We use your sign-up to provide content in ways you’ve consented to and to improve our understanding of you. This may include adverts from us and 3rd parties based on our understanding. You can unsubscribe at any time. More info
Asked whether he had made up his mind about vaccines passports, Mr Zahawi said: “We are looking at, by the end of September when everyone has had the opportunity to be fully vaccinated, for the large venues ‑ venues that could end up causing a real spike in infections ‑ where we need to use the certification process.
“If you look at what the FA have done, they’ve done so brilliantly in terms of checking vaccine status to reopen football.
“That is the sort of right thing to do and we are absolutely on track to continue to make sure that we do that.
“There’s a reason for that ‑ the reason being is that, I, as does the Prime Minister, want to make sure the whole economy remains open.”
Promising to do “anything in my power” to prevent another Covid lockdown this winter, Mr Zahawi said: “The worst thing we can do for those venues is to have a sort of open-shut, open-shut strategy because we see infection rates rise because of the close interaction of people.
“That’s how the virus spreads. If people are in close spaces in large numbers we see spikes appearing.
“The best thing to do then is to work with the industry to make sure that they can open safely and sustainably in the long-term and the best way to do that is to check vaccine status.”
Mr Zahawi also pledged parents would be asked for their consent before their children were given Covid jabs.
The minister said the Government had yet to decide whether to go ahead with vaccinating healthy youngsters aged between 12 and 15 against the disease.
But he “absolutely” guaranteed that parental permission would be sought if the plan went ahead, before inoculations were given.
Last week, members of Whitehall’s Joint Committee on Vaccination and Immunisation (JCVI) decided they would not recommend jabbing healthy younger teenagers.
But ministers are seeking advice from other experts, including England’s Chief Medical Officer Chris Whitty, before they make a final decision.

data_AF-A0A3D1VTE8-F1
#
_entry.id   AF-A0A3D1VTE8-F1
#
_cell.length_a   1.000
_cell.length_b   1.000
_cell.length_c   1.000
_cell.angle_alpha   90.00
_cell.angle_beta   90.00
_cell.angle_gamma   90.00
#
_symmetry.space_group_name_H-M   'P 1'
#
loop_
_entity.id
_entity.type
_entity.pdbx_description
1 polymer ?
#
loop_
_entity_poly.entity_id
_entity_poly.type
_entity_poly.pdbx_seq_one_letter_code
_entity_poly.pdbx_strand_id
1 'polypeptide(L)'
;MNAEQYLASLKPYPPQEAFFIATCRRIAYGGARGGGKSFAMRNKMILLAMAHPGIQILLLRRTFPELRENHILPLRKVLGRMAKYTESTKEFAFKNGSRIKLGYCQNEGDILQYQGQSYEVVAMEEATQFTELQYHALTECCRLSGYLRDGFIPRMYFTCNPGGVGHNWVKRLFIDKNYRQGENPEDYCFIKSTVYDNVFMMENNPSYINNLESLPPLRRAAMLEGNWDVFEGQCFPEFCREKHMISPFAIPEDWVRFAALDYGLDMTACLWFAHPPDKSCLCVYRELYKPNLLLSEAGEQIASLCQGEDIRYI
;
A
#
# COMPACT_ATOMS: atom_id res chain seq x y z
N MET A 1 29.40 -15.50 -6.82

Mr Zahawi told Sky News’ Trevor Phillips on Sunday: “We have not made any decisions, so we haven’t decided not to listen to the experts.
“On the contrary, all four ministers, the [health] Secretary of State Sajid Javid and his fellow ministers in the devolved administrations have agreed to ask the chief medical officers to convene expert groups, including the JCVI being in that, to be able to recommend which way we should go on healthy 12 to 15-year-olds.”
Asked whether parents’ consent would be sought before their children get jabs, the minister said: “I can give that assurance, absolutely.”
He also said children would be allowed to go against their parents’ wishes if they attempted to stop them getting vaccinated “if they are deemed competent”, in line with a long-held legal principle.
Mr Zahawi said he hoped the transition of the virus “from pandemic to endemic status” would continue so people could enjoy activities with the economy fully open and “get life back to as normal as we can make it as quickly as possible”.
He said: “Nobody enjoys, by the way, in this Government ‑ certainly not this Prime Minister ‑ having restrictions on people’s freedoms. It goes against the DNA of this Government to do that.”
Professor Peter Openshaw, a Government Covid adviser, yesterday backed vaccinating 12 to 15-year-olds against the virus.
Prof Openshaw, who is a member of the New and Emerging Respiratory Virus Threats Advisory Group (Nervtag), told BBC Breakfast he was “a little surprised” at the JCVI’s decision.
He said: “We do know the virus is circulating very widely amongst this age group and that if we’re going to be able to get the rates down and also prevent further surges of infection, perhaps later in the winter, then this is the group that needs to become immune.
“And the best way to become immune is through vaccination and there’s never been as much information as this in the past.To think there hasn’t been enough research is completely wrong.”
Prof Openshaw added: “To my mind, the public health benefit is very, very important, and we have to take the wider view that unless we do get infection rates down amongst this particular part of the population, it will be very, very hard to prevent further large [Covid] recurrences.
“I would say that teenagers are often amongst the most altruistic and the most generous people in society. They often think very deeply about these moral and ethical issues and they want to protect others as well. So I would think that a lot of teenagers, if they see the evidence in the round, would prefer to be vaccinated.”
Meanwhile, four million Pfizer- BioNTech vaccine doses from the UK began arriving in Australia yesterday, in a historic partnership between the Commonwealth countries. The first batch of 292,000 jabs was unloaded after a Qantas flight from London landed in Sydney.
The total delivery will be completed by the end of the month and Australia will return an equivalent four million doses before the end of the year.
The deal is designed to speed up Australia’s vaccination rollout, one of the slowest in the world.
Australian prime minister Scott Morrison said it would allow his government to bring forward its prospective reopening date.
He added: “From Downing Street to Down Under, we are doubling down on what Pfizer doses are here in Australia this month.”
The UK has calculated that it does not currently need all its stockpiled jabs, which will expire in a matter of months.
But it still allows London to boost supplies later this year, in anticipation of a broad booster campaign and jabbing 12 to 15-year-olds.
There were 37,011 new Covid cases confirmed across the UK yesterday and 68 deaths.
Source: Read Full Article